Last month, Russia voted on whether to approve 206 changes to approximately 60% of its Constitution. These changes included political reforms, most notably changing Presidential term limits to 2 overall rather than 2 consecutive and resetting the terms of the current President, Vladimir Putin, to 0. Thrown into the package were welfare reforms, including mandating pensions rising according to inflation, and social policies, including defining marriage as exclusively between one man and one woman. 77.9% and all but one of Russia’s 85 regions voted in favour.
These results, however, have been greatly challenged by allegations of manipulation and vote rigging, whilst their purpose has been perceived as dishonest, designed primarily to legitimise Constitutional amendments conferring Putin as ‘President for Life’, potentially permanently damaging Russia’s Constitutional integrity and its democracy. Consequently, the ‘referendum’ has highlighted Russian democracy and society’s substantial plight resulting from eroded democratic norms, alongside ultra-nationalistic and traditionally conservative ideology’s permeation. Most importantly, however, it signifies an increasingly irreversible slide towards authoritarianism that places Putin beyond reach.
Putin’s Presidency has shown considerable contempt for democracy, with prominent critics imprisoned or exiled (e.g. oligarchs Boris Berezovsky and Mikhail Khodorkovsky) and in some cases, murdered (e.g. former opposition leader Boris Nemtsov). Putin has further sought to concentrate his power within the Kremlin, reflected in the likely forced resignation of former President and Prime Minister Dmitry Medvedev’s government last January, and the appointment of the relatively unknown Mikhail Mishustin as Prime Minister. Moreover, allegations of electoral irregularities, including banning opposition candidates and vote rigging have dogged Putin’s Presidency.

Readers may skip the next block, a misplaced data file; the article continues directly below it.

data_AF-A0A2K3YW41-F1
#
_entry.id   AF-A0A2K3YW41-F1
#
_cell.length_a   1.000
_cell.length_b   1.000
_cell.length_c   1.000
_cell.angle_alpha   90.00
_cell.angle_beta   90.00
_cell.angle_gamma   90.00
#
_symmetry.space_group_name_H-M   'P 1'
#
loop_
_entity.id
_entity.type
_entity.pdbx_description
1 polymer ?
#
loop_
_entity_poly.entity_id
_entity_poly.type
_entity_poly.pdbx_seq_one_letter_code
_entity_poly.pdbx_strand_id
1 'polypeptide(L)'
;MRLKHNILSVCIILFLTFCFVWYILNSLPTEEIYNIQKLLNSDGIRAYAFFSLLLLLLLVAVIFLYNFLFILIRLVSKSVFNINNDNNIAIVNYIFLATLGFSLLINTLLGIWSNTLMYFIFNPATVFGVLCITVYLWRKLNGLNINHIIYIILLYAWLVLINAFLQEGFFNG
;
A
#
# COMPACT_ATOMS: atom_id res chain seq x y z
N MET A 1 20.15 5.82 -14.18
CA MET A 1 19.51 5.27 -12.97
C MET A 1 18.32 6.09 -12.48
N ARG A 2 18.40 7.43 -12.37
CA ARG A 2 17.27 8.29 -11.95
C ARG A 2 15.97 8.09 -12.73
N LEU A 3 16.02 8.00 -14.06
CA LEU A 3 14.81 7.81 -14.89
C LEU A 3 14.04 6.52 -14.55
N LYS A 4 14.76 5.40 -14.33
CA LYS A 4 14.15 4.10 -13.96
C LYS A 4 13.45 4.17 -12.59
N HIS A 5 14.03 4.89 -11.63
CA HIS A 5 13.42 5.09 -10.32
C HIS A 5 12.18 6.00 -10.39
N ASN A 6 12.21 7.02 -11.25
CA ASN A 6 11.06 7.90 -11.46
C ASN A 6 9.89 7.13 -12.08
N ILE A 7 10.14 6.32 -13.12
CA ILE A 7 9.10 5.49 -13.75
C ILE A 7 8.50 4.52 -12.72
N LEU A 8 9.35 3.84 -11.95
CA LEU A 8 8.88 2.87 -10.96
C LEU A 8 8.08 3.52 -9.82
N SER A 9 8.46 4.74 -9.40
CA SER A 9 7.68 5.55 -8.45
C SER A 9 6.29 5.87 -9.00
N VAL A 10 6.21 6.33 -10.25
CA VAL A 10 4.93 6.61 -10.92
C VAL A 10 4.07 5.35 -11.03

This ‘referendum’, however, has surpassed previous democratic assaults. Putin’s record unpopularity, owing to economic stagnation, proposals to raise the retirement age and the Kremlin’s unsuccessful handling of COVID-19, has motivated improvised and unconstitutional procedures, including failing to mandate the required democratic standards and voting on the amendments collectively rather than separately. Such procedures reflect the Kremlin’s manipulation of the Constitution and ‘referendum’ to their advantage, for example, utilising the proposal’s omnibus nature to shift emphasis towards more popular proposals such as pension reform rather than extending Putin’s Presidency, increasing its likelihood of passing.
Moreover, these improvised measures greatly compromised free and fair elections. The independent watchdog Golos emphasised how voting being spread out across a week, sporadic electronic voting and government-run monitoring concocted the perfect conditions for rigged voting. Moreover, the government incentives to voters, ranging from smartphones to apartments, resembled greater farce than democracy. Consequently, this ‘referendum’ represented a pronounced display of calculated Kremlin manipulation, designed to manufacture the ‘Putin supermajority’ (coined by electoral strategist Gleb Pavlovsky, indicating wide cross-societal support) through improvised, deceitful and farcical procedures that are insufficiently challenged, meaning that despite his immense unpopularity, Putin can claim legitimacy for the amendments. Accordingly, this will further slide Russia towards authoritarianism, with the Constitution failing to uphold democratic standards owing to ruthless Kremlin manipulation and thus become increasingly fragile, resulting in Putin’s position becoming insurmountable.